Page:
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Virgin Mobile Axes Stripping Campaign

So, the MVNO Virgin Mobile wanted a viral way to promote its phones while also donating clothing to nonprofits that clothe homeless teens. Sounds like a noble goal, and nothing could go wrong, right? Well, it can get sticky if you involve stripping.
So, the MVNO Virgin Mobile wanted a viral way to promote its phones while also donating clothing to nonprofits that clothe homeless teens. Sounds like a noble goal, and nothing could go wrong, right? Well, it can get sticky if you involve stripping.A couple of weeks ago, the company launched a "Strip2Clothe" marketing blitz that encouraged users to send in striptease videos. With a slogan of "Someone out there needs clothes more than you," the company agreed to donate clothing for each video submitted. For every five views that the videos got, the prepaid mobile phone company would donate more clothing.

Of course, once word of this campaign got around, there were some upset people. According to The Journal, Catholic Charities of St. Paul and Minneapolis called the campaign "distasteful, inappropriate, and exploitative." One can almost picture Helen Lovejoy shouting, "Won't someone please think of the children!"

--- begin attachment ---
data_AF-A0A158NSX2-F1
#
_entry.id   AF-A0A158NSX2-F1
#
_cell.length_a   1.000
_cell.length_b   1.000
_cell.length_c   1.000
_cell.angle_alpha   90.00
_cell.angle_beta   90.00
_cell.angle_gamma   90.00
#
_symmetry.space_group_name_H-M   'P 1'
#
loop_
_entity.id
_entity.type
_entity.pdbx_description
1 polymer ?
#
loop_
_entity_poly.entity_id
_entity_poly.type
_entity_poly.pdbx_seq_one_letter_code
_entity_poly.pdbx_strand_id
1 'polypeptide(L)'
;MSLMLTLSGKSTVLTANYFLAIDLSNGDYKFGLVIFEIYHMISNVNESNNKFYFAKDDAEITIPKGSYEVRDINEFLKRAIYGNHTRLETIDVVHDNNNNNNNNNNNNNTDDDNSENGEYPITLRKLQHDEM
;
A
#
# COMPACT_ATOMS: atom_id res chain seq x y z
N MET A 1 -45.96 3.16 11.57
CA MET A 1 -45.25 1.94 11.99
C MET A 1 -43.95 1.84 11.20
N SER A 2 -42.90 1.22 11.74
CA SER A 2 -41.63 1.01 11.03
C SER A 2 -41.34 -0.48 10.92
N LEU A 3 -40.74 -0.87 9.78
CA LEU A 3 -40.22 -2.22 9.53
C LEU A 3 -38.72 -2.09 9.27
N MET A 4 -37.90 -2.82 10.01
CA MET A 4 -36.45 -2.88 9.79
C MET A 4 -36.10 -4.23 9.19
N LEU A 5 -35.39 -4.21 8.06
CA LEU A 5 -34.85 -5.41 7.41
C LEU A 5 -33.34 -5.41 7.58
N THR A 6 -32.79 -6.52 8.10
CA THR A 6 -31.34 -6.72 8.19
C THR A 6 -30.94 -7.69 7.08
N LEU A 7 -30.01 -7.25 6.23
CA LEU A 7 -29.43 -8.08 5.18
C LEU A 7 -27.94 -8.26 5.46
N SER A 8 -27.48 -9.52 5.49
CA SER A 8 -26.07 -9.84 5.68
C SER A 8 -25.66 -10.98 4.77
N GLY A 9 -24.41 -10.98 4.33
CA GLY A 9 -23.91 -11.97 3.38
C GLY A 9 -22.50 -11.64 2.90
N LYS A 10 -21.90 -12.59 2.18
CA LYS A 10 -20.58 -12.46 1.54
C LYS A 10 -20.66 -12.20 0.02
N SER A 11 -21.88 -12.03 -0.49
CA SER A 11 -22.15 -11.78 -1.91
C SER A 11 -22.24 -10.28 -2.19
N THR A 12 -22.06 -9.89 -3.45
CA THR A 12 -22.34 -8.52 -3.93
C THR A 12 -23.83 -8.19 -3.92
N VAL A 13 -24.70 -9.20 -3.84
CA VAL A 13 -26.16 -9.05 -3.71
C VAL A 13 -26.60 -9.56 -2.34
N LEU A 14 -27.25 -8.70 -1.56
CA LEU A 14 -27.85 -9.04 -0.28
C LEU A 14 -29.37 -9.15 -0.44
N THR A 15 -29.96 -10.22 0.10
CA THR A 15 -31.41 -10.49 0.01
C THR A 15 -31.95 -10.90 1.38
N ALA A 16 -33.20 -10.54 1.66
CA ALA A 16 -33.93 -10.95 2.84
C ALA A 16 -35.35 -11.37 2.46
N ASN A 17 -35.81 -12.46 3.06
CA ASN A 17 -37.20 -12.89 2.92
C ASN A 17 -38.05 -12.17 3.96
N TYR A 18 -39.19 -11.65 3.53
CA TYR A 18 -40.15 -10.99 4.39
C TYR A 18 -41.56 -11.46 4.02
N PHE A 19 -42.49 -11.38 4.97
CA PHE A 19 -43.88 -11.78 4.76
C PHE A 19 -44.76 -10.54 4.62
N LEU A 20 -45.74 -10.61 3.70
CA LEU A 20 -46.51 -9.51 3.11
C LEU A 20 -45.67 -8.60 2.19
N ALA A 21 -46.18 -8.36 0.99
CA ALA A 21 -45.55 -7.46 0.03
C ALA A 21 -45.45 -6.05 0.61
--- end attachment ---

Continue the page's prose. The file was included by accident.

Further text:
The campaign has been changed into Blank2Clothe. Users can fill that blank however they want -- the YouTube channel shows juggling, walking, and dancing.

It was undoubtedly a risqué and edgy promotion, but should Virgin Mobile have stopped it? The terms of service clearly state that submissions have to come from users 18 and older, and the company filtered the videos to make sure it didn't fall into Skinemax territory. And Virgin Mobile users -- mainly teens, or young adults with credit issues -- are probably adept at finding salacious material online anyway.

Of course, the cynic has to think the company knew this kind of blowback would happen, and the resulting press coverage would elevate Blank2Clothe. But, if the goal is to get some clothes for homeless teens, wouldn't the original campaign generate more traffic. The "controversial" videos led to 15,000 pieces of clothing donated to charities in a week.

Naturally, the ends don't justify the means in every scenario -- I'd disapprove of a "StealFromGrandma2Clothe" campaign -- but the original promotion was fine marketing, and it should have been continued.

What do you think -- did this project cross a line?

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